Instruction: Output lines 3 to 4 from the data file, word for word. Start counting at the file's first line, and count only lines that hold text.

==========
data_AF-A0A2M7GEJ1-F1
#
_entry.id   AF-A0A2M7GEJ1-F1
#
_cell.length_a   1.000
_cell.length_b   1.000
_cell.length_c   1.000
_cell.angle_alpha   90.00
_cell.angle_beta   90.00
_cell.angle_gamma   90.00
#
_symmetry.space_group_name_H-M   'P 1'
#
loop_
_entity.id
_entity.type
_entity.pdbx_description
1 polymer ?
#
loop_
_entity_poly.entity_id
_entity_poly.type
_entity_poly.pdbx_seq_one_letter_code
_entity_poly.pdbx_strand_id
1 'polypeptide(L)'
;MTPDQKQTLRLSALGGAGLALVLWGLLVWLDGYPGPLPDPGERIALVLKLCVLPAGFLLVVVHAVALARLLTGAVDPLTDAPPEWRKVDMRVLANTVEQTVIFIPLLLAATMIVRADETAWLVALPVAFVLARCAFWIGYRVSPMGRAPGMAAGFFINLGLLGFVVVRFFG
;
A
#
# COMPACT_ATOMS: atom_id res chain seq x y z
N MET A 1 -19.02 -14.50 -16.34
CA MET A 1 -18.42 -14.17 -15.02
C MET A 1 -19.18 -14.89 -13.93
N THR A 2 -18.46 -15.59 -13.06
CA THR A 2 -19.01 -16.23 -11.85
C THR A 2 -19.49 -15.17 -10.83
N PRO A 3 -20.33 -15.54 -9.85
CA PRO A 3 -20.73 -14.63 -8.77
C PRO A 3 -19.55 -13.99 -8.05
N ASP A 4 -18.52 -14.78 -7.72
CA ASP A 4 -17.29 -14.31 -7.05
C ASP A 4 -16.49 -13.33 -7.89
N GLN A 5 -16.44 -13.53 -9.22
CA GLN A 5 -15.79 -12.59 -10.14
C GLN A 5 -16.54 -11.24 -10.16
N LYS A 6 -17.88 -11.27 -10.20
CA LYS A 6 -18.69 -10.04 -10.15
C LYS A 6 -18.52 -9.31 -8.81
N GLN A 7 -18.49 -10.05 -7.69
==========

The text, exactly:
_entry.id   AF-A0A2M7GEJ1-F1
#